Hannah Kent - Burial Rites
Jhumpa Lahiri - The Lowland
Audrey Magee - The Undertaking
Eimear McBride - A Girl Is A Half-Formed Thing
Donna Tartt - The Goldfinch
I know, I know, the Baileys shortlist has been out for almost a week now and is officially Old News in the blogosphere, but I've only just properly caught up. It's been a busy little time for me recently. We're about to move house for the second time in two years, this time out to the country. I'm six months into my part-time PhD and it is frankly terrifying. I've also had a promotion at work and, although I've reduced my hours to fit in studying, I still feel like I'm working longer and harder than ever. But. Enough digressing. I'm here to talk about this shortlist.
Once upon a time I was on tenterhooks awaiting the longlist announcement for the Orange Prize, and then dived in to reading and reviewing the books straightaway. This year, like last year, I've let it wash over me without too much fuss. I've been keeping up with other people's reading adventures (kudos to those superhumans who managed to read all 20 longlisted books before the shortlist announcement) but I haven't made a concerted effort to read along. Shallow as it sounds I think one of my problems may be to do with the name change. The Orange Prize felt like my prize, associated with the early years at Eve's Alexandria, whereas the Baileys Prize seems like a different thing altogether. It also has to do with my repeated (failed) attempts to maintain a gender balance in my reading and make space for more books by men. Twenty books a year from a women's only book prize exacerbated my already-chronic bias.
I think this year's shortlist has inspired me to dip my toe in the waters again - because six books isn't that many, right? - but probably not for the reason you think. Usually a list is inspiring because it's exciting, you want to read along because there are books on it you already feel predisposed to love (or have already loved). Not so this list. I'm positively resistant to it. It collects together five books from the longlist that I felt like I probably should read but that didn't grab me by the throat and demand my attention. The exception is Burial Rites by Hannah Kent, which I finished not that long ago and haven't written about yet. That story of 19th century Icelandic murder had me from the moment I heard about it. The others, not so much. But rather than pass them by I'm determined to go against my instincts. Either this is a case of a real clash of tastes between me and the judges, or I'm just plain wrong. I'm predicting that it's the latter.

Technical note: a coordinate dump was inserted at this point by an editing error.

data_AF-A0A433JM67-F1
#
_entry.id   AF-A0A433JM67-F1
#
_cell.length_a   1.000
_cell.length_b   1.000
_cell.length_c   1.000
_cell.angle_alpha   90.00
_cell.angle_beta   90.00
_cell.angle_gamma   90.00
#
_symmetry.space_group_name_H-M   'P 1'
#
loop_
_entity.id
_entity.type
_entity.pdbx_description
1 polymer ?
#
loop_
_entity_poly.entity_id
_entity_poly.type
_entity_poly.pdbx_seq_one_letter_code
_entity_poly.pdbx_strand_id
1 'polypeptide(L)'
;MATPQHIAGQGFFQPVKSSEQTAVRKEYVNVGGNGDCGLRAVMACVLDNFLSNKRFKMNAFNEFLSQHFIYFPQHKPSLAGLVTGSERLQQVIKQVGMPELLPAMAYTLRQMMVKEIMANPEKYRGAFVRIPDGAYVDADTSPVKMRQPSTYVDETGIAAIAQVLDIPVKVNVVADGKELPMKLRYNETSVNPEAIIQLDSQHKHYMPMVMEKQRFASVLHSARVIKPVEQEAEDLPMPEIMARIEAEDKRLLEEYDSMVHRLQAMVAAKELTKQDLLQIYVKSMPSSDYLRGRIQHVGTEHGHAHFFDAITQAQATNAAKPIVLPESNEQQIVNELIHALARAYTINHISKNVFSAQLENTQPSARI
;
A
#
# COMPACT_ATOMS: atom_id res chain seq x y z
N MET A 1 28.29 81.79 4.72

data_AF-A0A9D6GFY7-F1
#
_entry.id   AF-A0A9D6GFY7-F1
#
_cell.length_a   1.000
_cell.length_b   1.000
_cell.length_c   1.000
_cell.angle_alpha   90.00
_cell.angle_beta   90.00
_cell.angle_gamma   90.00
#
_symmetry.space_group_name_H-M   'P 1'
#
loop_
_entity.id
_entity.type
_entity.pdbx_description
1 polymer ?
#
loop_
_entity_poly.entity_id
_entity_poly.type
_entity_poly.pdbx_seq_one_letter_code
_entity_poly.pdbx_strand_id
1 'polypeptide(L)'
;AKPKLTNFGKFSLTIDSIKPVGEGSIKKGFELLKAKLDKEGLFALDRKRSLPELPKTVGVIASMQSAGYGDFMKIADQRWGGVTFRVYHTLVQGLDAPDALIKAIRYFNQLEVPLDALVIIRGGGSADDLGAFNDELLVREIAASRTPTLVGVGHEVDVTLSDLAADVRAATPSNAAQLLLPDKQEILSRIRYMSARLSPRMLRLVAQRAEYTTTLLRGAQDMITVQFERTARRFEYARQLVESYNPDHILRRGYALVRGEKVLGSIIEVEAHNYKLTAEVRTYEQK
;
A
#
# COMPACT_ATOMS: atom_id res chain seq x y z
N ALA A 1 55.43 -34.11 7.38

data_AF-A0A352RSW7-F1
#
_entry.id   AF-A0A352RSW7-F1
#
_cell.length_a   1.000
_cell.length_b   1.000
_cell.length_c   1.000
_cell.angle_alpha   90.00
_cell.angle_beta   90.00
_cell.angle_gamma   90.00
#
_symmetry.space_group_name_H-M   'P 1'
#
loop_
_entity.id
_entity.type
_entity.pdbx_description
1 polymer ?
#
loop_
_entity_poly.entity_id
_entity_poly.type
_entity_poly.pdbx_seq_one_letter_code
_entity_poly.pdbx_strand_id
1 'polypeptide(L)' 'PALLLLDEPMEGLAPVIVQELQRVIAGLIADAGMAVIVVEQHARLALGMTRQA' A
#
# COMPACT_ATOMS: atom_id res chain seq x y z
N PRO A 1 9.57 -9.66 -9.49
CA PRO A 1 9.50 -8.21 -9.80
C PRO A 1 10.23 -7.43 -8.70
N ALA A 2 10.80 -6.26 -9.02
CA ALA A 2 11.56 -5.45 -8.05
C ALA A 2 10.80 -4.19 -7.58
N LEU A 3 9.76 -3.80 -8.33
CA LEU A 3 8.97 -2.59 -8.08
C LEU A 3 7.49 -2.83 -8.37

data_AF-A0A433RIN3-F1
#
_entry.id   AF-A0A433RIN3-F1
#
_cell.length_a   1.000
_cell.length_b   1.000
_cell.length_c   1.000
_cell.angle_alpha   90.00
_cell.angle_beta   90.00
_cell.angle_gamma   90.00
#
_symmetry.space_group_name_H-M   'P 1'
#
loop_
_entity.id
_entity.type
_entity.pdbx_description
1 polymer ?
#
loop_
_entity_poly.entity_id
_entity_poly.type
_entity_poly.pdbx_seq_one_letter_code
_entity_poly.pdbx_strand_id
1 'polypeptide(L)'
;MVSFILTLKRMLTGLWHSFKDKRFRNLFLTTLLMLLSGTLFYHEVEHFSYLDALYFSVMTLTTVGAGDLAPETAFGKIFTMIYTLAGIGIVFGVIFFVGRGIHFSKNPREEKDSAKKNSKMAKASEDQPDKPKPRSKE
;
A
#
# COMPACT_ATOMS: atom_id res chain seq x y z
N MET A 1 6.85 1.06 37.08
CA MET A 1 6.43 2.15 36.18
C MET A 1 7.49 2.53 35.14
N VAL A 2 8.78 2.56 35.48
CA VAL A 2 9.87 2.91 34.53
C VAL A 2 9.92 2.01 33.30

I've lined up three of the books so far: Americanah, The Goldfinch and A Girl is a Half Formed Thing. I started Adichie yesterday and am already hooked; 142 pages in my instincts have been proved wrong. I remember reading Half of a Yellow Sun with a kind of dutiful admiration - an Important book about Important Things - but Americanah is quite different. Yes, it's still careful and precise and detailed but it's also sparky, playful and self-deprecating. I'm really looking forward to each time I pick it up. Score one for the Baileys Prize judges.
A Girl is a Half Formed Thing comes garlanded with praise and reviews that talk about how revolutionary it is. I think I'm resistant to it primarily because of all that accumulated enthusiasm - I hate to have my expectations raised and then be disappointed. That said, I've read the first 10 pages of my hastily acquired copy and already I can feel myself acclimatising to the narrative style, unpicking the syntax and the thought processes. Seems like going against my instincts could work a second time.
I have a sneaky feeling that The Goldfinch might be the exception that proves the rule. I've never read any Donna Tartt and the synopsis of this turns me right off, but I did buy a copy for my Kindle when it was 99p at Christmas. Who can resist a bargain like that? I idly read the first 5% at the time but didn't go on because I was a bit irritated by the narrator; difficult for me to put my finger on why. Perhaps I was just in the wrong mood and I'm actually going to love it. The whole purpose of this exercise is to discipline my reading grump into not dismissing things too soon.
The other two books - The Undertaking and The Lowland - are interesting ones; my instinct to resist them seems to have been entirely to do with the way they were originally packaged. I've read some of Jhumpa Lahiri's incredible short fiction and would ordinarily be really keen to read a novel by her. For some reason though The Lowland passed me by so completely when it was on the Booker shortlist that I didn't even register what it was about until I read the blurb today. And you know, I think it might have been the gaudy hardback cover that turned me off, because it looks a whole lot more interesting in paperback. Oh what a shallow creature I am.
I'm afraid The Undertaking was a victim of its setting: I read the words Second World War, Nazis, Stalingrad and I switched off. My brain has a keyword filter and they're high on the list, because I just can't bear to keep going back over the same well-trod ground. Now I look more closely I can see that Audrey Magee's novel is quite different, unsually told from a Nazi perspective and following the protagonists out the other side of the war to confront their actions in peacetime. I can just about resist my WWII fiction prejudice to give it a go, even if it makes me a bit twitchy.
So what I'm trying to say, I suppose, is that I'm hoping this shortlist will make me a better, more open-minded reader, who doesn't judge a book by its cover, its setting or reductive blurb. I'm going to try and read the books by the announcement at the beginning of June, and to write about the experience along the way. There may be some brief interruptions for house-moving (beginning of May) but otherwise here is to a brief season of resistant reading.